When sales began to decrease for traditional P&C adventures, game makers in the genre began to try and add elements such as 3D graphics or try and hide the fact it was a P&C. 'Secret Files - Tunguska' does not do this at all and is a quintessential modern P&C game - the only difference between the gameplay here and that of a similar game in 1994 is the slight 3D look. You play as Nina a woman whose father has gone missing. You must look into his research at the mysterious Tunguska site to uncover his whereabouts. Was the giant crater made by a meteor or aliens?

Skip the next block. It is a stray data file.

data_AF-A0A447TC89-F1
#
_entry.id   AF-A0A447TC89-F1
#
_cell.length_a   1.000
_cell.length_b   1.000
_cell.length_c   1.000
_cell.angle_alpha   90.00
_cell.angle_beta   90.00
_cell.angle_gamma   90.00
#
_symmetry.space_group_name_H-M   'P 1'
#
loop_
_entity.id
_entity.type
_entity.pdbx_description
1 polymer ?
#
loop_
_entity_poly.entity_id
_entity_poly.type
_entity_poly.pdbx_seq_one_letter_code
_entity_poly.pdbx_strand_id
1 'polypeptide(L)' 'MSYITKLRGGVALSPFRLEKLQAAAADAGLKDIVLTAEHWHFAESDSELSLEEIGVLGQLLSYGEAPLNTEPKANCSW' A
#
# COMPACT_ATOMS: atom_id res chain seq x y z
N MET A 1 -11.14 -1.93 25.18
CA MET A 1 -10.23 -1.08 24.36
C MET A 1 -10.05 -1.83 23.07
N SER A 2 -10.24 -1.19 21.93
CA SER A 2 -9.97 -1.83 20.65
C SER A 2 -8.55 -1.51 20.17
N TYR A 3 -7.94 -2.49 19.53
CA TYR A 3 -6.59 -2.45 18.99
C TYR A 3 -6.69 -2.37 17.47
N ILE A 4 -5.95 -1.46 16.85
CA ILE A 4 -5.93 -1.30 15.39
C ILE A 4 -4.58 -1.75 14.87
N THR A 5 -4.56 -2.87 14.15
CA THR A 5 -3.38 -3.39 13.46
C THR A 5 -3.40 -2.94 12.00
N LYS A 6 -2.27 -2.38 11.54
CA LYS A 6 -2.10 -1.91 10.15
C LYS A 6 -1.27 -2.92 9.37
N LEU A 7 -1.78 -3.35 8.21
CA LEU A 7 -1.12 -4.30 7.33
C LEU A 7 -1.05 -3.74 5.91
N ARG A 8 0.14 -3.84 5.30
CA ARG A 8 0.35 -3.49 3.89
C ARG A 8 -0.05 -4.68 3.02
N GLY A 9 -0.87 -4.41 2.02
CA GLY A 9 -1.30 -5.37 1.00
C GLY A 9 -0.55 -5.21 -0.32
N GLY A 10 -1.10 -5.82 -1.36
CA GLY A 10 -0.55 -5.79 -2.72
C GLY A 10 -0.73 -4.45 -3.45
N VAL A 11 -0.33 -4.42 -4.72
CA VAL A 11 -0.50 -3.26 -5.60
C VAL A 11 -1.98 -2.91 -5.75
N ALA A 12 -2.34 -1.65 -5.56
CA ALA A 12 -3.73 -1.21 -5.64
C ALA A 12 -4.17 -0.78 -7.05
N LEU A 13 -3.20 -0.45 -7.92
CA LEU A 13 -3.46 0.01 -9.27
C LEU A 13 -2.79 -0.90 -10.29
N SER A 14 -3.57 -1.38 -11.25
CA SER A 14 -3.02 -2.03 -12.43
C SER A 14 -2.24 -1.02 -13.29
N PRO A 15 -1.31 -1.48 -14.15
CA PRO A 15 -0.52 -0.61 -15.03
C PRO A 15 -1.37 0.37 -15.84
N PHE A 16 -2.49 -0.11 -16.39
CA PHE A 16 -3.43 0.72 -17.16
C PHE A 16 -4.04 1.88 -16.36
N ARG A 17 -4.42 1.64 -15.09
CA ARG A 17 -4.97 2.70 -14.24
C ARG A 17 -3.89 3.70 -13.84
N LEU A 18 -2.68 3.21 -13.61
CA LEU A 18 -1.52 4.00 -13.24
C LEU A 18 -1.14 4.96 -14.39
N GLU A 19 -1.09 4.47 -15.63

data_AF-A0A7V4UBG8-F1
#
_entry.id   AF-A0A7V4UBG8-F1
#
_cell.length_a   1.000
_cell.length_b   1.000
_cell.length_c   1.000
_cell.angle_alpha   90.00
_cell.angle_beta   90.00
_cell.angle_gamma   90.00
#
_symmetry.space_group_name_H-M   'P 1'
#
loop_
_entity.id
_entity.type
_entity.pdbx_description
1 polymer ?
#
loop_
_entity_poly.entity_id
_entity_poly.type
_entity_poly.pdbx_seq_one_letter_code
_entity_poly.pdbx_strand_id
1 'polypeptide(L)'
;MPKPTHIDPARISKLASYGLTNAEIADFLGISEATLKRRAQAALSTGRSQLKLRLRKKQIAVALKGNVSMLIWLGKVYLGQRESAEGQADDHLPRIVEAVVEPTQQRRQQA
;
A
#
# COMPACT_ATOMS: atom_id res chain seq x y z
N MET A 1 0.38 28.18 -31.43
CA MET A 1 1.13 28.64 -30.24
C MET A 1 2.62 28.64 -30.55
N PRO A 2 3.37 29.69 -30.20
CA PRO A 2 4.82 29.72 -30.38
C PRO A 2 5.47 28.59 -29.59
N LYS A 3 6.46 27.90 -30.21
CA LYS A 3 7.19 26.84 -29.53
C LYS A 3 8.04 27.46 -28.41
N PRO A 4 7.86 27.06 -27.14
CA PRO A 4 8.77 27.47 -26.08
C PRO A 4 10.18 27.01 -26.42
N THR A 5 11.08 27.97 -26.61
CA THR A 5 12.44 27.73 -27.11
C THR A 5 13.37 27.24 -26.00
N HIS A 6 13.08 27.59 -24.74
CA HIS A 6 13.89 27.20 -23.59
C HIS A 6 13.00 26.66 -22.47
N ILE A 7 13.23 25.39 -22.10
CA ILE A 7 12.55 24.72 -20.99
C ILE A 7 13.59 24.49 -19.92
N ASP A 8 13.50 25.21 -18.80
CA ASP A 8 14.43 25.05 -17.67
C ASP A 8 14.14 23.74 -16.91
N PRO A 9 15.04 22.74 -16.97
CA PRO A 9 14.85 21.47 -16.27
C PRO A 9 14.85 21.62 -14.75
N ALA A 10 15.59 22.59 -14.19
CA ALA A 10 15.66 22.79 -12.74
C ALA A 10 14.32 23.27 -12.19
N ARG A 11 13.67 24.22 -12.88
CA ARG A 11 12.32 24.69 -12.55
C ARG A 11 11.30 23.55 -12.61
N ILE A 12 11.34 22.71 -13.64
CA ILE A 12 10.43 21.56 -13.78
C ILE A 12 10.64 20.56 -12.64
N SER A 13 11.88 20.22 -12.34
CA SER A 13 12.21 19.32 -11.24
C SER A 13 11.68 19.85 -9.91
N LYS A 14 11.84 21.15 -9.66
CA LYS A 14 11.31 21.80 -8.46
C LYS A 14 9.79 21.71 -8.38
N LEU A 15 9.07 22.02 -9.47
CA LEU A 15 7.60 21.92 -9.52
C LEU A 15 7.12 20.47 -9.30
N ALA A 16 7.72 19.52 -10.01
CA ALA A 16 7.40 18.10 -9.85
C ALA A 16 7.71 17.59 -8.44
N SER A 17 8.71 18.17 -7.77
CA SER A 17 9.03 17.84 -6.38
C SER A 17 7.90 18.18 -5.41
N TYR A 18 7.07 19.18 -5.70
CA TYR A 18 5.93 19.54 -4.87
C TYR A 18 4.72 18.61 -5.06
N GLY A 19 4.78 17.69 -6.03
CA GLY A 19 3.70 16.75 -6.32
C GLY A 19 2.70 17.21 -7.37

There are approximately 100 scenes in this game that require you to use the Wii remote to search for clues. Normally there is something or someone in the way of your progress and you must use your brain to discover how to get around them. You can manipulate, pick up, break or combine items to help you in your quest. 'Secret Files' is exceptionally old school in its style as you flail around a lot of the time trying to discover what to do. To aid you the Wii remote will rumble when it goes over a clue - very handy and a great addition to the genre. With a gameplay style so reminiscent of 90s adventures 'Secret Files' will appeal to fans of the genre, but put of those who disliked them back in the day. (3 out of 5)